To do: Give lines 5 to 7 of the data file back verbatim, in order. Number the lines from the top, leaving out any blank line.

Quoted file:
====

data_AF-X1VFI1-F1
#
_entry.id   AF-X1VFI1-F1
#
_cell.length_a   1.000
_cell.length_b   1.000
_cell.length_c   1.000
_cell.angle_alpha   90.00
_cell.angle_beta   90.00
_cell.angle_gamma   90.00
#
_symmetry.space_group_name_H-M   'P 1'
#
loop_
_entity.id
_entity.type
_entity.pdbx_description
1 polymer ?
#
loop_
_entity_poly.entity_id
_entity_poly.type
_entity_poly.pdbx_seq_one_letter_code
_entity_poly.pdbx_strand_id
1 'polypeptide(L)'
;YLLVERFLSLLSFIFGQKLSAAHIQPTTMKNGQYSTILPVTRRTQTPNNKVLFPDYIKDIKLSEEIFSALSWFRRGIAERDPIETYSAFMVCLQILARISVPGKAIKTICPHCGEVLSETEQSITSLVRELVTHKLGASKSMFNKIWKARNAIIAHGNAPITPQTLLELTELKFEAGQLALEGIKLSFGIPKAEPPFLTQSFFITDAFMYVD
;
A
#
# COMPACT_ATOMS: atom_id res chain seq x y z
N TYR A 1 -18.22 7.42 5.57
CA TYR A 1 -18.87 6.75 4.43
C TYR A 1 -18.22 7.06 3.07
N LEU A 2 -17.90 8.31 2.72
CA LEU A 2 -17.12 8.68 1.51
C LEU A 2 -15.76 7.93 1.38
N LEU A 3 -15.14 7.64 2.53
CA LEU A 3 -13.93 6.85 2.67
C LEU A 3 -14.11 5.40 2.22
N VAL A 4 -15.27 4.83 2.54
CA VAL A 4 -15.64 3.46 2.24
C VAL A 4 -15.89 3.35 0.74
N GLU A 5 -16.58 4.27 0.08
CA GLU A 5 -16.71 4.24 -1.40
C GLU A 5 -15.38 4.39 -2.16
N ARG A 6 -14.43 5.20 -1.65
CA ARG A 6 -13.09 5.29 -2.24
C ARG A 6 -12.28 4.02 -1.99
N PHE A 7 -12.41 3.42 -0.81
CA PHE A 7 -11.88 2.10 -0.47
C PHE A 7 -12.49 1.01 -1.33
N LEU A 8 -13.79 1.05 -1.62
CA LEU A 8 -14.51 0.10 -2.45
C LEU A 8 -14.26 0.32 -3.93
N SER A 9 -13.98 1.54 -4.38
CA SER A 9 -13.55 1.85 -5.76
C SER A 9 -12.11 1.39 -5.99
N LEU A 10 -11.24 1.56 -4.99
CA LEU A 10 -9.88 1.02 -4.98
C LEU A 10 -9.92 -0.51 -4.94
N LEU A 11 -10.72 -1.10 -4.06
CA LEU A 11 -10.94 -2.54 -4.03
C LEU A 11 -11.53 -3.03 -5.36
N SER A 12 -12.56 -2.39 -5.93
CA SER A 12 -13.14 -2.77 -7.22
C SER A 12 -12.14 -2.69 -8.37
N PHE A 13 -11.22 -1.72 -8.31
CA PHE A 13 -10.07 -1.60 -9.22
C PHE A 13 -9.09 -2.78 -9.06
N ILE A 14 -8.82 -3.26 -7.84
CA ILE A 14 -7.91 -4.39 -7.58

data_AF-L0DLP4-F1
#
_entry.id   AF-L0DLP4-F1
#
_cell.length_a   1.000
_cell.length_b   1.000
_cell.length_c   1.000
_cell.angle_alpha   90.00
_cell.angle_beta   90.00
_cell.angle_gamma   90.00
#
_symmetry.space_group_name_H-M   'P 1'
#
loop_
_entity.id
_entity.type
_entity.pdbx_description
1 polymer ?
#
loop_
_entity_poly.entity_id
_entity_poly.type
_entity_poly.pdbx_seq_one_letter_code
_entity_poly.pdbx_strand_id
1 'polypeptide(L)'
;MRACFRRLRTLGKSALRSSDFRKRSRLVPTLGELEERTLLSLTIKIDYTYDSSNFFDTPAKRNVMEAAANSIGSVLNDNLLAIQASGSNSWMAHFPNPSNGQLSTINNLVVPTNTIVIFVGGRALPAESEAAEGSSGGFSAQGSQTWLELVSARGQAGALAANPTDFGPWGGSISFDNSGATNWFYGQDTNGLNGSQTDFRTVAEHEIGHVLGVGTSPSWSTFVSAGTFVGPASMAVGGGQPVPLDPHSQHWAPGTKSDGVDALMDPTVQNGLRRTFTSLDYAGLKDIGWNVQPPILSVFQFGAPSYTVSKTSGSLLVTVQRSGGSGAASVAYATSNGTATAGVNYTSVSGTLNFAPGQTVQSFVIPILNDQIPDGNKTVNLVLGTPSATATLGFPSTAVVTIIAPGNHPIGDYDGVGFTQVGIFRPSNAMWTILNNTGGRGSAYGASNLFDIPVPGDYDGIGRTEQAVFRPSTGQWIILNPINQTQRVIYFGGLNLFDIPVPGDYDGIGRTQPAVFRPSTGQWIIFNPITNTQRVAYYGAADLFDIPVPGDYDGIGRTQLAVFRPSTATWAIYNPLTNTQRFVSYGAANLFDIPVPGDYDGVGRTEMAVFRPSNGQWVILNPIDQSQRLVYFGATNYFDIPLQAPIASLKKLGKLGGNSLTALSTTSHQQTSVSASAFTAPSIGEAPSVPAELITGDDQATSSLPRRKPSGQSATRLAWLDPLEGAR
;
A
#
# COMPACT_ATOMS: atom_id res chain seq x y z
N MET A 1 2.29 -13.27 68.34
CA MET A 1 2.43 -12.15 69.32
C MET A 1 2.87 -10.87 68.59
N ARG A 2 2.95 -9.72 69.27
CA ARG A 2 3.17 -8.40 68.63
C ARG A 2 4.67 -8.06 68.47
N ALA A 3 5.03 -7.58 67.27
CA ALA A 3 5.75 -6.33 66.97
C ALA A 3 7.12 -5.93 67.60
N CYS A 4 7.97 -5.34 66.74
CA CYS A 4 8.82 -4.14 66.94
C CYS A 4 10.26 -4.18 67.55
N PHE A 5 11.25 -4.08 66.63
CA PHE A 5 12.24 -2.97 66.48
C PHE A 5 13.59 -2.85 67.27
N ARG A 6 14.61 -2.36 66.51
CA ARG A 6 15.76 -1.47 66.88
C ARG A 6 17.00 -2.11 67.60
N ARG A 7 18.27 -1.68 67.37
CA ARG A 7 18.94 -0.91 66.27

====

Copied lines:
_cell.length_a   1.000
_cell.length_b   1.000
_cell.length_c   1.000